Events kicked off with a CRHA-hosted omelet Bar on Friday morning, setting the tone for Saturday night’s exhibitor party sponsored by longtime CRHA supporter Danny Gerardi. Italian food, a well-stocked bar and a deejay got spirits flowing in time for the evening’s exciting NRHA Open Futurity, where Nicolas Barthelemy, riding Manny Rojo’s WRS Shiney Diamond, swept all divisions L1, L2, L3 and L4, marking a 150 for their big win.
As Reno hosts its final NRCHA Snaffle Bit, the Futurity Finals is one for the ages
RENO, Nev. — In its final go at the Reno Livestock Events Center, the National Reined Cow Horse Association’s Snaffle Bit Futurity played out Sept. 19-Oct. 1, and while tradition was on center stage throughout the event, so was its future.
Top riders and horses in all divisions sparked intense competition that made goosebumps and fed anticipation for next year’s Futurity at the Will Rogers Coliseum in Fort Worth, Texas.
“I heard from several people, it’s one of the best finals they’ve ever seen,” said NRCHA 2 Million Dollar Rider and Open finalist Todd Bergen of Eagle Point, Ore. “I think that just shows where this sport is going, how good it’s gotten, how good the horses are, how good the trainers are.”
Remington W takes rare path from near death to National Champion
Beckey Downing first set her heart on a national championship when she was nine years old. When 2016 started, she felt this would be the year, and she had good reason. After three years, her gelding, Remington W, was coming along nicely under both her as an adult amateur and also her trainer, Joelle Roberts of Temecula. With the Arabian Sport Horse Nationals returning to Nampa, Idaho, the stars seemed to be perfectly aligned this year.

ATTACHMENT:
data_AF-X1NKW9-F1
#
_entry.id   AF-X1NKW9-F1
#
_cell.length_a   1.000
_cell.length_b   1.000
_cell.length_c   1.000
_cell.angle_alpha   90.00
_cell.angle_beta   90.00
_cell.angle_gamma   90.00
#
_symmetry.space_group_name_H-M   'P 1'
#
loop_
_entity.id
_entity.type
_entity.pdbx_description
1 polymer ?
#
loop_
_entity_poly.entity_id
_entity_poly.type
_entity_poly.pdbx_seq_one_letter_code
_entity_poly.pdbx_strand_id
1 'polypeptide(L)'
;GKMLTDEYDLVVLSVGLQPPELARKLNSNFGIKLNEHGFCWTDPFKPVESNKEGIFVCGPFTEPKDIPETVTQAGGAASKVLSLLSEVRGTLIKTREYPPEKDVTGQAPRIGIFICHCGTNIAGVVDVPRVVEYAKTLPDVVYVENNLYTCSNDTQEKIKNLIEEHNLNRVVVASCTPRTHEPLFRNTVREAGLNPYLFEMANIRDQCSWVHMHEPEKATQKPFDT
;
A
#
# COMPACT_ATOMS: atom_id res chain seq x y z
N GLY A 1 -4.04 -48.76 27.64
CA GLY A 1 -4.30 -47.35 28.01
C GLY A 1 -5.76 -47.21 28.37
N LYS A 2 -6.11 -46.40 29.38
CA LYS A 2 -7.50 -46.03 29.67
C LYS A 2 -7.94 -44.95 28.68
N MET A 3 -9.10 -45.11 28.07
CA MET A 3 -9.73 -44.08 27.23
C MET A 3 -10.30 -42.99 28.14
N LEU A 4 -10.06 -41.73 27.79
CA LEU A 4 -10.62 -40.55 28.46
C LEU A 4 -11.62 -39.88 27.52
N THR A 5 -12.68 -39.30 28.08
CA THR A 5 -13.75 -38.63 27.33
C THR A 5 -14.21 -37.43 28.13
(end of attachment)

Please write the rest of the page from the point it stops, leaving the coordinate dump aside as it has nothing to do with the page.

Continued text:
Until the morning of Jan. 13.
Downing, of Anza, received a 6:30 a.m. phone call from Roberts that Remington W was found bleeding severely from his nostrils and clearly in stress.
“We had, and still have, no idea what happened to him,” said Downing, who sped to Roberts’s Delacreme Equestrian facilities at Galway Downs with trailer in tow. “He was ataxic and his right pupil was completely blown.”
They took the horse to the San Luis Rey Equine Hospital in Bonsall, where the equine medical team of Dr. Nick Huggons, Dr. Lindsey Porubovich and consulting internist Dr. Rob Franklin used new CT scanning equipment to diagnose skull fractures that had eluded X-ray diagnosis.
Supporting young riders and young horses and giving them the stepping stones to excel in the sport of show jumping is essential in developing the next big stars. The stage has been set for that in 2016 by Blenheim EquiSports, with the support of sponsors such as Fairbanks Valley Farm, Interactive Mortgage and Markel Insurance.
To give up-and-coming grand prix horses a chance to gain solid miles, Gregg and Evette Delong have worked with Blenheim Equisports to develop the Interactive Mortgage 10-and-Under Futurity Series that just wrapped up its fourth year. Comprised of qualifiers throughout the season, it culminated in the final at the Showpark All Seasons Summer Tournament.
The 2016 $20,000 Interactive Mortgage Horses 10-and-under Futurity Final winner was Supernatural, a powerful bay, with Bjorn Ikast in the irons. Hailing from Denmark and based in Mexico City, Ikast’s home is in the saddle. A three-time winner of the Danish national championship, Ikast met his wife Clara vacationed in Mexico and never returned to Denmark. They ran a private stable in an idyllic setting in the mountains outside of Mexico City, and are now based in the mountains further north in Parker, Colo. But they spend at least six months a year traveling with their young daughter, Isabel, on the show circuits in the U.S.